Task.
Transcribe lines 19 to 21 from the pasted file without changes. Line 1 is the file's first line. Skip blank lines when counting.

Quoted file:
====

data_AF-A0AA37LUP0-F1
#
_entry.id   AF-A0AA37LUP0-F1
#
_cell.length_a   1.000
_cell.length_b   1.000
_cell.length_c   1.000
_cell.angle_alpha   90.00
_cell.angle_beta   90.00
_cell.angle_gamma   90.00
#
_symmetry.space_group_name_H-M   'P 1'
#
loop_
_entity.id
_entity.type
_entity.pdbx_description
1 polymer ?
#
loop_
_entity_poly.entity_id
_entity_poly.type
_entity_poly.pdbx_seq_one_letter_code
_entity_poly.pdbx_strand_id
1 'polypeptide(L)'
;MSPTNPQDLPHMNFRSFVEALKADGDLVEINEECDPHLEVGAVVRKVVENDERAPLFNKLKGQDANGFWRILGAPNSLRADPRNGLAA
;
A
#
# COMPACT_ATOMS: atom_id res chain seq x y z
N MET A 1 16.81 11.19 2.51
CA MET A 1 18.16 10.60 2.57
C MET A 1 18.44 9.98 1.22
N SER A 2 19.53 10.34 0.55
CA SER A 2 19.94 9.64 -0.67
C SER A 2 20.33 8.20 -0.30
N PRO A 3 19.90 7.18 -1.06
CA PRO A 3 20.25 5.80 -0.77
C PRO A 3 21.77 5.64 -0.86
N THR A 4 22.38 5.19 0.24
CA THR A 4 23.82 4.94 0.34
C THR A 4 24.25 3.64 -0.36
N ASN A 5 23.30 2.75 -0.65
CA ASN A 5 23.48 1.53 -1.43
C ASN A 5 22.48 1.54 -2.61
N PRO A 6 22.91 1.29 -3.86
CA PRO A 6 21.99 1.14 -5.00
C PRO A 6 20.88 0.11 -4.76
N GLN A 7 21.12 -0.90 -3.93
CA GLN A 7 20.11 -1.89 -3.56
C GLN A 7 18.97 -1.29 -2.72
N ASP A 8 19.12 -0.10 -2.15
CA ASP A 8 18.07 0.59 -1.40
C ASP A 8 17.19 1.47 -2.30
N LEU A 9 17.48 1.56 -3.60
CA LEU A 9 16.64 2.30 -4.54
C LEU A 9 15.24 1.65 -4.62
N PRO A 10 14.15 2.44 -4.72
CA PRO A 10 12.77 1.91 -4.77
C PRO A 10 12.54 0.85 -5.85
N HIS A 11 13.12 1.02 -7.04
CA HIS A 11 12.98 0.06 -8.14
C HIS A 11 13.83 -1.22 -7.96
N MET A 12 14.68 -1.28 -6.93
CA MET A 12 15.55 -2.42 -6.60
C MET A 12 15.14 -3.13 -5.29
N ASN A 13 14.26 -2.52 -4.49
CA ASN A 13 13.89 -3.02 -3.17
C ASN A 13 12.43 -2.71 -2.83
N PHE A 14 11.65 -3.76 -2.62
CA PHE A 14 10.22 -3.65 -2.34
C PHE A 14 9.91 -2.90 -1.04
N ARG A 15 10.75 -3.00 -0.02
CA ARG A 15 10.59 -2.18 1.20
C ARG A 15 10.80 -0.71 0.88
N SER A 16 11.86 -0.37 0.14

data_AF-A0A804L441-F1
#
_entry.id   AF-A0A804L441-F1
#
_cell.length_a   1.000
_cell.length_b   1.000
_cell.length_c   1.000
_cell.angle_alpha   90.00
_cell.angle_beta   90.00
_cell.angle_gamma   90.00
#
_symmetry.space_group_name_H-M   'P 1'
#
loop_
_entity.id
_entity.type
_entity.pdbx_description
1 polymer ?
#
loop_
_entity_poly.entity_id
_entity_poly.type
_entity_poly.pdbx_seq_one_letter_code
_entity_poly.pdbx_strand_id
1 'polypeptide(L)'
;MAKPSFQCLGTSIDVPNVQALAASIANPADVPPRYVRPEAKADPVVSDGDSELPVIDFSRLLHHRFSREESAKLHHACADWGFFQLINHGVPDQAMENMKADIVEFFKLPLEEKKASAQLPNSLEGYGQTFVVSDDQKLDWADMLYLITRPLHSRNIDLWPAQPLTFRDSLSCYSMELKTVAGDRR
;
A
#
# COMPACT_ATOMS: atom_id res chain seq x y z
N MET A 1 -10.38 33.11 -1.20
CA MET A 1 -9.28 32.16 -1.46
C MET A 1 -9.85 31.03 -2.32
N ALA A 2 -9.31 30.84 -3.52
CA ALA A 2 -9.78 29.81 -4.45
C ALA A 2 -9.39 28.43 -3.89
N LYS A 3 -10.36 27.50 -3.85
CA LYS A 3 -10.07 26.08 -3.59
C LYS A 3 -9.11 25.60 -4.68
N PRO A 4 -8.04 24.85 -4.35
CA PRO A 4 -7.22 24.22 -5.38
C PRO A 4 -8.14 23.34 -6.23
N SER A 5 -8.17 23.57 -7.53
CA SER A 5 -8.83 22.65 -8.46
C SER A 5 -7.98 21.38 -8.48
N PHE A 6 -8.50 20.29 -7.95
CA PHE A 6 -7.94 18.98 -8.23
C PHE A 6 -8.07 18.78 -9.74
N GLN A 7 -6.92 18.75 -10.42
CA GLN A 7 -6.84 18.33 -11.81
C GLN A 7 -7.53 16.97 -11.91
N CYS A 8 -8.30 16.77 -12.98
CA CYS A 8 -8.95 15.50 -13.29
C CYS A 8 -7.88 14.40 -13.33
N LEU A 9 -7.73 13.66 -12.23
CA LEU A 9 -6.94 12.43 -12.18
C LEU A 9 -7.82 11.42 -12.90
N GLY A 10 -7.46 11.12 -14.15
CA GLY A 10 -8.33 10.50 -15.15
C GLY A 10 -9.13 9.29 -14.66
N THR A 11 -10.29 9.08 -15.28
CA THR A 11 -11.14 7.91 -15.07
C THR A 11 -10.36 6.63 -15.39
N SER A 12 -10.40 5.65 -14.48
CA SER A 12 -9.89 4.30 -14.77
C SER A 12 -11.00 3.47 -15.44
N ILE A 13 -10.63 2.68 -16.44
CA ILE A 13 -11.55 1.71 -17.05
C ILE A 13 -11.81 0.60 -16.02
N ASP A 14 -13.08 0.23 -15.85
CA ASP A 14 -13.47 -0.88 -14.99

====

#
loop_
_entity_poly.entity_id